Department working to connect health care and essential workers with child care

March 16, 2020
Contact: Thomas McCarthy or Gina Paige, 608-422-7800 or

MADISON – The Department of Children and Families (DCF) is coordinating efforts to find child care for families of workers providing vital service to the state’s COVID-19 response. Child care available remains one of the top concerns to keeping health providers and essential employees at work.

Last week, DCF worked with the Wisconsin Hospital Association (WHA) and the Department of Health Services (DHS) to administer a survey of health care employees to gauge need. At the same time, the Wisconsin Early Childhood Association (WECA), Supporting Families Together Association (SFTA), and the Registry assessed the capacity of providers to take new kids during the time of crisis. Over the past 48 hours, work began on matching supply and demand to make sure health care workers were able to find the child care they needed.

“In a short order, our partners and agency staff were able to come together around a solution to address the child care needs of health care workers across Wisconsin,” said DCF Secretary Emilie Amundson. “Over the coming days, we will continue to work on ways we can help other essential workers find care.”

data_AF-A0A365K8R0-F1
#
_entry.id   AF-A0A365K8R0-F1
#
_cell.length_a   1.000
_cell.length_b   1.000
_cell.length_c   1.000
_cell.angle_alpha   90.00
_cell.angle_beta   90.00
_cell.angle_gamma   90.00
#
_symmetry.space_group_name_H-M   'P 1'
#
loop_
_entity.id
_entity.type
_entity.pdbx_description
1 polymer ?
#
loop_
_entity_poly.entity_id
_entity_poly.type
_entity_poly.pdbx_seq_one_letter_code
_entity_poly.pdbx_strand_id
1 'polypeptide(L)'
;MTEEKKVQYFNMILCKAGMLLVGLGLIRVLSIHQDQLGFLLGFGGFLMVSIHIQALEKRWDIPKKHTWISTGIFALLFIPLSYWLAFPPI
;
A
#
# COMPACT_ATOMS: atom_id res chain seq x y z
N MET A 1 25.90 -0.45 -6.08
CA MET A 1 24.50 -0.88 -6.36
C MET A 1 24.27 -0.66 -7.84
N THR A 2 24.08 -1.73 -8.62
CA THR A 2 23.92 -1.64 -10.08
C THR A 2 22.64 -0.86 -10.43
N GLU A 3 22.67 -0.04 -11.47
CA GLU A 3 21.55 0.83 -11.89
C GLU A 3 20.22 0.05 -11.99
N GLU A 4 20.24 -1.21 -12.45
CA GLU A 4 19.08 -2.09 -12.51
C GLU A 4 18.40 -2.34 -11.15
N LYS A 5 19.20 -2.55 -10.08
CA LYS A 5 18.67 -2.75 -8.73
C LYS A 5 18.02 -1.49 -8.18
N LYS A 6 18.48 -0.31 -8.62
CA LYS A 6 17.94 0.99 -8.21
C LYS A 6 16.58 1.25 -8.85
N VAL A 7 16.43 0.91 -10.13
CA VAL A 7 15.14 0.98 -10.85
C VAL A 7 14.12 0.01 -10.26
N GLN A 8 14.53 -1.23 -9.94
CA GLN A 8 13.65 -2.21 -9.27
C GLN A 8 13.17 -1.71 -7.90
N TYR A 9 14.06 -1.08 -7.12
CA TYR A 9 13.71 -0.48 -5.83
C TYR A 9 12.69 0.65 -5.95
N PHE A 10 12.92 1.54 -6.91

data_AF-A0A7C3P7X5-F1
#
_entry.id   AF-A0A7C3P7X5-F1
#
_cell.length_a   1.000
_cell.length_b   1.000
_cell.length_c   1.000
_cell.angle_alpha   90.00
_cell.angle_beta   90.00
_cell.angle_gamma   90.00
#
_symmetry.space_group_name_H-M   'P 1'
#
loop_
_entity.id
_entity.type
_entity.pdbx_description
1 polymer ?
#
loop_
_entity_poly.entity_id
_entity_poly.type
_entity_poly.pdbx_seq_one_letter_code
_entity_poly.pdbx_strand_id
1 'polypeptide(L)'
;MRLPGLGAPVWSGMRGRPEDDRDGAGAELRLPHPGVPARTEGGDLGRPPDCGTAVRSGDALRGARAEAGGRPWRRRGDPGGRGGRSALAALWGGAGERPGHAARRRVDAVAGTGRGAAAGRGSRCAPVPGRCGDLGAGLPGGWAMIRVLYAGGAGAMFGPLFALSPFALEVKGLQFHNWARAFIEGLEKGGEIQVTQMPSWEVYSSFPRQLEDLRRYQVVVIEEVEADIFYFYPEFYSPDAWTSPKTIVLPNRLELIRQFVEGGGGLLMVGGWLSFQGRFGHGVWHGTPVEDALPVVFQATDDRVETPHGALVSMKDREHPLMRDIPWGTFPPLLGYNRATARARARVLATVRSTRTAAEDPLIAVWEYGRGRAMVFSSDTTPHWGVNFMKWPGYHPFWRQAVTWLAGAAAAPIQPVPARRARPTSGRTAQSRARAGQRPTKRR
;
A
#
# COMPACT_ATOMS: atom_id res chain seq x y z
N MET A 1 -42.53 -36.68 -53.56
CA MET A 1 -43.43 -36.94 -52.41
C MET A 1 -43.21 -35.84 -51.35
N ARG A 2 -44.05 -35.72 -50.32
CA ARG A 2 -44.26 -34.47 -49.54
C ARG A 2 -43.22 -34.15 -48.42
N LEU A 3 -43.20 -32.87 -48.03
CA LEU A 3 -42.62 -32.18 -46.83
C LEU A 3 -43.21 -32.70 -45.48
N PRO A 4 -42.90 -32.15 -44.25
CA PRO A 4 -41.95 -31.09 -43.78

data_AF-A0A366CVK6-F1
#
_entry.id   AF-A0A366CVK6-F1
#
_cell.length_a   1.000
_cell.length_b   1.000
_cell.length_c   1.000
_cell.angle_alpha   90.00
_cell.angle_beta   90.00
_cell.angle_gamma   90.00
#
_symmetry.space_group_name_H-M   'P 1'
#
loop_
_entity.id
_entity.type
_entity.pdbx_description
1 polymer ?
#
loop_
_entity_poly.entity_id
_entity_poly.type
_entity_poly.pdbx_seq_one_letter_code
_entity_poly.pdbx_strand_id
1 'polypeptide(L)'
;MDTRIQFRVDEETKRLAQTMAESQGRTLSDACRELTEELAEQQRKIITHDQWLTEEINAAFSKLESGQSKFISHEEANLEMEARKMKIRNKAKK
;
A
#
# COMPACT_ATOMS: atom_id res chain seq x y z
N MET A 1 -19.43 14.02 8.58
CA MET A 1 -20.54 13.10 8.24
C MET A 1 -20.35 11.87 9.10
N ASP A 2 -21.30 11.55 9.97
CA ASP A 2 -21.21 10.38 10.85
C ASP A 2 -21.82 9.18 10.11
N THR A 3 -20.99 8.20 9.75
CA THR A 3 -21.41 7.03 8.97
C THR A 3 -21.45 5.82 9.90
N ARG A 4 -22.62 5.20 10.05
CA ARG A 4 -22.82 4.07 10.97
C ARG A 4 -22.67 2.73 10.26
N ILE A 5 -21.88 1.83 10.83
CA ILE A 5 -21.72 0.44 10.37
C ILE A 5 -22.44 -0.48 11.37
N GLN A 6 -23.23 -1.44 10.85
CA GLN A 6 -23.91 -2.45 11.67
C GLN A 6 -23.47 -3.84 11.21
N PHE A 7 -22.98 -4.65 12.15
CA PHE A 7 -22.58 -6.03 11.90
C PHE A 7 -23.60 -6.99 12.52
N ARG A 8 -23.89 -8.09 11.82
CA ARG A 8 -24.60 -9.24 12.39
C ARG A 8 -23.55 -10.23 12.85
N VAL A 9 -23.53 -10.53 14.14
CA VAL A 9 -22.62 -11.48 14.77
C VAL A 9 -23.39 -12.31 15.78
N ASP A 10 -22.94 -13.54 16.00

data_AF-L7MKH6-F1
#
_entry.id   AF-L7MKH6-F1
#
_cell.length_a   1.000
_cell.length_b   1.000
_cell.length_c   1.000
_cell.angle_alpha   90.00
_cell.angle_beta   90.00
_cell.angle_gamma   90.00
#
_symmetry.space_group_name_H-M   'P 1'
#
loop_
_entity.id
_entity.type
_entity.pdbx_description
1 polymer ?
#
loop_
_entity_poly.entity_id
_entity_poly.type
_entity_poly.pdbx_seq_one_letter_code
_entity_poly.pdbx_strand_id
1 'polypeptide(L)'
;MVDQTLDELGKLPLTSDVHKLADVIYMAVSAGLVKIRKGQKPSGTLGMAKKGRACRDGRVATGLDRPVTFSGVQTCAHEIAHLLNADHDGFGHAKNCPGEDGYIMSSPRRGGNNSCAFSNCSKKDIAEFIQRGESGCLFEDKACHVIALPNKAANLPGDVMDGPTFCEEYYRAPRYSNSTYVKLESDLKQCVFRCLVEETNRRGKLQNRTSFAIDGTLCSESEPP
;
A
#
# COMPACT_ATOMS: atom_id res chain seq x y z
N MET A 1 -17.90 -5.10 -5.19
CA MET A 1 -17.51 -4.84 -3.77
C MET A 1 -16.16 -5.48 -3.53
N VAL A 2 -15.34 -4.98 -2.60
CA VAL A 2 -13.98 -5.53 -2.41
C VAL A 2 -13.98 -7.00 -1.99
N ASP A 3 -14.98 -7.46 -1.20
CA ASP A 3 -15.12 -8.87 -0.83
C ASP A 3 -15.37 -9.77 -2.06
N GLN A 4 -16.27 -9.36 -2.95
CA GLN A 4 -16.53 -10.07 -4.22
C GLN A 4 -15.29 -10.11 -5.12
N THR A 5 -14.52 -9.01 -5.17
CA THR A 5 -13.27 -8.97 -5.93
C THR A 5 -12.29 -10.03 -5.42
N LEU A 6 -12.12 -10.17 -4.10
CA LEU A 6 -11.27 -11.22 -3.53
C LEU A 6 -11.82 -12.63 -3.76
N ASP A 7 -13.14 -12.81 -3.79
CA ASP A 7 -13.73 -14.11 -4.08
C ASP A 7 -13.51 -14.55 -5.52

DCF continues to work with WHA and DHS to develop a model for on-site care at the state’s hospital and health care facilities. The initial guidance developed by the department is based on local examples of hospitals, child care providers, and the business and non-profit community coming together to create new, drop-in care for health care workers in a specified region. The department is working with the Boys and Girls Clubs and YMCAs to explore similar options throughout the state near hospitals and sites with large numbers of essential staff.

“I continue to be amazed by the generosity and good-will of the people in Wisconsin,” continued Secretary Amundson. “As we identify needs, people are raising their hands to help. This is especially true for the many child care providers who stayed open, adapted to more rigid rules to keep kids healthy and safe, and agreed to take new kids during this challenging period.”

Child care providers were asked to reduce their footprint to settings with no more than 10 staff and no more than 50 children present to reduce the risk of COVD-19 spread. Child care providers and centers are small businesses that are impacted by many of the same economic pressures other industries are experiencing when practicing social distancing and limits on human interactions. Like many states, Wisconsin was already facing a shortage of child care availability in many parts of the state. To address some of these gaps, DCF has sought hazard pay funding for child care workers remaining open and asked educators to volunteer in child care settings.

“I want to be clear: child care workers are essential staff themselves,” said Amundson. “And we need to do whatever we can to support them. If you have the luxury of keeping your kids at home with you, I am asking that you strongly consider doing so,” concluded Amundson.

For more information, visit the DCF COVID-19 website. This press release is available via Adobe pdf file.